A sobering struggle
By Megan Hirt
The gray glow of the TV screen is the only light in a room on the second floor of Lawrence’s Holiday Inn Holidome. Katharine, Colorado junior, awakens with the hotel bed hard against her back, her body soaked in sweat beneath a single sheet.
She cannot focus her eyes. She cannot will her legs to stand. Her throat is raw from vomiting, the sting of two weeks’ worth of vodka forcing its way back up. But all she wants is a drink.
One more drink.
Just one more shot of vodka chased with Gatorade, like she had so many times before, alone in her room at her sorority. Surrounded by photos of her family and friends, Katharine always made sure to turn the lights off before she drank. She hated seeing those photos. And herself.
Now, in the semi-darkness of the hotel room, Katharine’s father perches at her bedside. He soaks the hotel’s scratchy washcloths in cold water and lays them across her forehead. He feeds her ice chips because she can’t keep down solid food.
They do not speak, but the same fear hangs in their thoughts: Katharine could die from alcohol detoxification. Her body, grown so dependent on the substance, will simply forget how to live without it.
Katharine’s drinking had increased throughout her time in college. Toward the end of her sophomore year, she began drinking to relax, drinking alone and planning her days around trips to the liquor store. Her grades tumbled and her relationship with her boyfriend fell apart. Still, even after the parties had ended, the bars had closed and all her friends were nursing hangovers, Katharine didn’t want to stop drinking.
In January 2008, she called an ambulance to her sorority house when, after drinking every day for two weeks, her heart began to feel as though it were beating out of her chest. Shortly thereafter, she checked herself in for alcohol treatment at Johnson County Mental Health Center’s Adult Detoxification Unit in Kansas City, Kan., where she shared a room with a 25-year-old woman addicted to OxyContin. There, for the first time, Katharine witnessed the awful, seedy underbelly of alcohol addiction. For so long a close companion to soothe her in social situations, a magic means to escape her loneliness, alcohol was now a hardened foe, its vile, irrevocable effects visible to her in the broken lives of the center’s other residents.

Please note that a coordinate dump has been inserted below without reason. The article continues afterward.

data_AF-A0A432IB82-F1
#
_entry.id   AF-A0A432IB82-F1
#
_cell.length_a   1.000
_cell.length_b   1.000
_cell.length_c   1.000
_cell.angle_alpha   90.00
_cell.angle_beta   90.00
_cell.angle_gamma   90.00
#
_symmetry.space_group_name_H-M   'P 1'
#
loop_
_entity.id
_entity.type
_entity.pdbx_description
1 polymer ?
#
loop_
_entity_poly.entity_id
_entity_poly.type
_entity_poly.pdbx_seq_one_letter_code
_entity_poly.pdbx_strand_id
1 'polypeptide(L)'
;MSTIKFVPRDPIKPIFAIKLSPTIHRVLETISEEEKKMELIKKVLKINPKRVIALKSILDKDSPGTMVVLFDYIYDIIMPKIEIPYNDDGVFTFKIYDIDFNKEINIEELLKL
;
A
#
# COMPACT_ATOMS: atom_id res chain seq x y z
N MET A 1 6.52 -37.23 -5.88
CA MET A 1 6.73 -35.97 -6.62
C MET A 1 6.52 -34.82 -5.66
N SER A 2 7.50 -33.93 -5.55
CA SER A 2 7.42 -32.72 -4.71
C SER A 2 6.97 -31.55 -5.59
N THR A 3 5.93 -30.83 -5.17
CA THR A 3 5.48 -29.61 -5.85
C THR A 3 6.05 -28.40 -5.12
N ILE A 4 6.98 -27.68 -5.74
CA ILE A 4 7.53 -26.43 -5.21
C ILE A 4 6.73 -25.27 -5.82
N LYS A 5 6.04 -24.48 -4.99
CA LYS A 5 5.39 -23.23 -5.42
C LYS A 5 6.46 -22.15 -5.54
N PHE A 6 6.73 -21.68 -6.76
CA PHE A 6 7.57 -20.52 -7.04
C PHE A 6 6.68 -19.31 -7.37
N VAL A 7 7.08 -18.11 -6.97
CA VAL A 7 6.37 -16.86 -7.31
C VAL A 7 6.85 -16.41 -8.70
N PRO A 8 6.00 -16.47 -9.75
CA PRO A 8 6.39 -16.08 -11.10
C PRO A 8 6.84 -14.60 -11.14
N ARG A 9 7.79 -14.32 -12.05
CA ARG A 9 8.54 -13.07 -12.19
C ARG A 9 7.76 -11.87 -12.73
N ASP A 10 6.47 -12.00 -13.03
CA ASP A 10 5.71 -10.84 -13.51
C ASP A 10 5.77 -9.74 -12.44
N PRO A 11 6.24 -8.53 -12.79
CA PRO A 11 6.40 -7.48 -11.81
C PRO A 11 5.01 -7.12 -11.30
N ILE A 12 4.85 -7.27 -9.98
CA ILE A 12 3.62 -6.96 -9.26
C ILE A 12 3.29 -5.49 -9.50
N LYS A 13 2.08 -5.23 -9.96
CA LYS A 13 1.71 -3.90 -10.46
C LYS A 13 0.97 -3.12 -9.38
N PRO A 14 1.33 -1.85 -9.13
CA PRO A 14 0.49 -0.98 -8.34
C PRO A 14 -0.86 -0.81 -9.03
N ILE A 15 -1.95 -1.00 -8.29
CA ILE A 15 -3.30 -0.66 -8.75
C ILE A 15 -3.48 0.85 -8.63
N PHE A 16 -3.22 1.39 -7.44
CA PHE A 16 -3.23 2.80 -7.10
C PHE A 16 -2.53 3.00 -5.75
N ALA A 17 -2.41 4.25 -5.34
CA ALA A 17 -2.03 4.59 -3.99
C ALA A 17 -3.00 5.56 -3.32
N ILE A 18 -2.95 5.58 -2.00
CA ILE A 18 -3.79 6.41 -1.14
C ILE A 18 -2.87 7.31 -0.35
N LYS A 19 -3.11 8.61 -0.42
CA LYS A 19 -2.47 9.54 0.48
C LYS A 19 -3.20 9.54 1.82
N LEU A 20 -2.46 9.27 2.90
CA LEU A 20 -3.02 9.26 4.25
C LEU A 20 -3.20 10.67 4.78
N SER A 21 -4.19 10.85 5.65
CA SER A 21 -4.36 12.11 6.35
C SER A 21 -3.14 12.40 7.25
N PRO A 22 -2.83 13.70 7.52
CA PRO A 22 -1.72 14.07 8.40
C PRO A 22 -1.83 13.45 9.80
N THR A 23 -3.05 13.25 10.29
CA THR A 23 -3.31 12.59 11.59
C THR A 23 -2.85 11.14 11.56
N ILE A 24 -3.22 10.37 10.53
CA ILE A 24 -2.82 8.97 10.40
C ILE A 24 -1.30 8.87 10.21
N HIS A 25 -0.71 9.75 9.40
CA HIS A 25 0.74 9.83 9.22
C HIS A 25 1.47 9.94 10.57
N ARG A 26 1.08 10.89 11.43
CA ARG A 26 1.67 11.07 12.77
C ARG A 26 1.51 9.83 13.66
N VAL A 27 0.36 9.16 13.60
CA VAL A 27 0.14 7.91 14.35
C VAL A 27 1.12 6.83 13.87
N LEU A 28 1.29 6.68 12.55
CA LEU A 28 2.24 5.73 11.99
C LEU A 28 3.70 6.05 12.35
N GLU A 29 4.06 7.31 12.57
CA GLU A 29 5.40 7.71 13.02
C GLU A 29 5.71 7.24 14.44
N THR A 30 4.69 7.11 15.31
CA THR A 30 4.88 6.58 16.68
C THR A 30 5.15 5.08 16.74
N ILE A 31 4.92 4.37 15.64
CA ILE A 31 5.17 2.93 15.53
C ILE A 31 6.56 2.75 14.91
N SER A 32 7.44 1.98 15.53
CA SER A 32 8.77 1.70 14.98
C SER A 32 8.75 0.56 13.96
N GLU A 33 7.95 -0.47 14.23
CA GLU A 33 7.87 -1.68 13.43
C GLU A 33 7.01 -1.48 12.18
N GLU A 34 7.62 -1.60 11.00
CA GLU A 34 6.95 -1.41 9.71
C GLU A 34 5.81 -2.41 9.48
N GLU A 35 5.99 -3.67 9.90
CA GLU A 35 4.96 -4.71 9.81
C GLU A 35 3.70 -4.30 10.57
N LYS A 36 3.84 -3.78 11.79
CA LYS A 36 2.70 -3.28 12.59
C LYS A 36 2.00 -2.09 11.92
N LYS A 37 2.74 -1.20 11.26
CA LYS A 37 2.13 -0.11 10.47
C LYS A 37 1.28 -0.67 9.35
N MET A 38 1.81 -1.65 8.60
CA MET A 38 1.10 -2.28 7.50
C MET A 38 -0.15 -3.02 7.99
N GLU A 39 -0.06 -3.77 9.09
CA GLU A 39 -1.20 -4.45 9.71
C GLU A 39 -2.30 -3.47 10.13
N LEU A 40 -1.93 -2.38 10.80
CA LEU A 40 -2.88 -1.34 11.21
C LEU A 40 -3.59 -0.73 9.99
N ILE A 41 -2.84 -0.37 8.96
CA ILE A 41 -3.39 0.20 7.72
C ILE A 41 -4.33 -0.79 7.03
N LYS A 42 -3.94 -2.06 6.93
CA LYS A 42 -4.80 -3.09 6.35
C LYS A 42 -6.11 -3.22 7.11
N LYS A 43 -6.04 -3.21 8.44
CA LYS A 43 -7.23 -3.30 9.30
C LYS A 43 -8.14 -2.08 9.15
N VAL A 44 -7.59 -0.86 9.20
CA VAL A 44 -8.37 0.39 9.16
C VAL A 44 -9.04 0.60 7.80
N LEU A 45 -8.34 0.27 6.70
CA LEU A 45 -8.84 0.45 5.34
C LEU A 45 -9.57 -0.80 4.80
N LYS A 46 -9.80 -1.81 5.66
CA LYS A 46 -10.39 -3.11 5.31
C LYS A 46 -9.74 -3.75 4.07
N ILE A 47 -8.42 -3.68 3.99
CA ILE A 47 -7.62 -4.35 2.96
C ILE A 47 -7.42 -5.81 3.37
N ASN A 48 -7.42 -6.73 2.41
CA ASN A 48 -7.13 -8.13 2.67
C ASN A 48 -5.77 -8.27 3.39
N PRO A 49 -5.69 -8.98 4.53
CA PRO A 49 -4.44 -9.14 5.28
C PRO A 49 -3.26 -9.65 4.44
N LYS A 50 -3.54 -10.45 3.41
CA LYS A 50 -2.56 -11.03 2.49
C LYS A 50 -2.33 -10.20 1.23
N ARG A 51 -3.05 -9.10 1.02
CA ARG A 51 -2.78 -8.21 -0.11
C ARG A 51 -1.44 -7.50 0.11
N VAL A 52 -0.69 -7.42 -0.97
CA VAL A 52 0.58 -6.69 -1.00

She remembered one resident in particular, a woman whose excessive drinking had left her in need of a liver transplant. Katharine swore to herself she would never be like that. Two days after arriving at the center, Katharine pulled together a shaky sobriety and left of her own choosing.
But then came a Mardi Gras trip to St. Louis with friends and a hotel room full of alcohol, and she couldn’t resist the urge to drink again.
It wasn’t a big deal, she told herself. She’d stop tomorrow.
It was never supposed to be like this: going to work drunk, taking a test drunk, lying to her family and friends, being constantly trailed by a perfume of hard liquor — the aching stench of something unsaid.
By the end of February, the cracks showed once again when, wasted, alone and afraid, Katharine called Cirque Lodge in Sundance, Utah, the rehab destination of addiction-addled celebrities such as Lindsay Lohan and Kirsten Dunst. After receiving Katharine’s desperate phone call, Cirque Lodge staff tracked down her father in Colorado, and he immediately caught a plane to Kansas.
Katharine is among the one in three Americans who battle alcohol abuse or alcohol dependence at some point in their lives, according to a 2007 study by the National Institute on Alcohol Abuse and Alcoholism (NIAAA). The same study reported that most alcoholics first received treatment at about age 30, despite their dependence on or abuse of alcohol beginning, on average, at age 22.
Drug and alcohol counselor Rick Ostrander, director of Alpha Recovery Center, 1611 St. Andrew’s Drive, said this eight-year gap between the onset of the problem and receiving treatment for the problem likely existed because alcoholism was a progressive disease. In its early stages, it can lie undetected without any obvious toll on the mind or body.
“Young people don’t understand or know that they’re developing a serious disease until it progresses to a point that it causes significant pain in their lives,” Ostrander said. “And it takes a period of time for that to happen.”
According to a September 2008 report by the NIAAA, 83 percent of college students drink alcohol, and 41 percent of students surveyed reported they drank five or more drinks on at least one occasion within a two-week period.
Ostrander said about half the clients at his Lawrence center were college students, and he said young people with alcoholism often did not seek help because they saw their drinking habits — no matter how excessive — as hardly unusual compared with those of other people in their age group.
Alcohol is a sedative-hypnotic drug, so it targets the pleasure center of the brain, inducing calmness and reducing anxiety, Ostrander said. For college students, many of whom are away from home for the first time and struggling to make new friends and establish an identity, Ostrander said the desire to have this alcohol-induced high had an even greater appeal.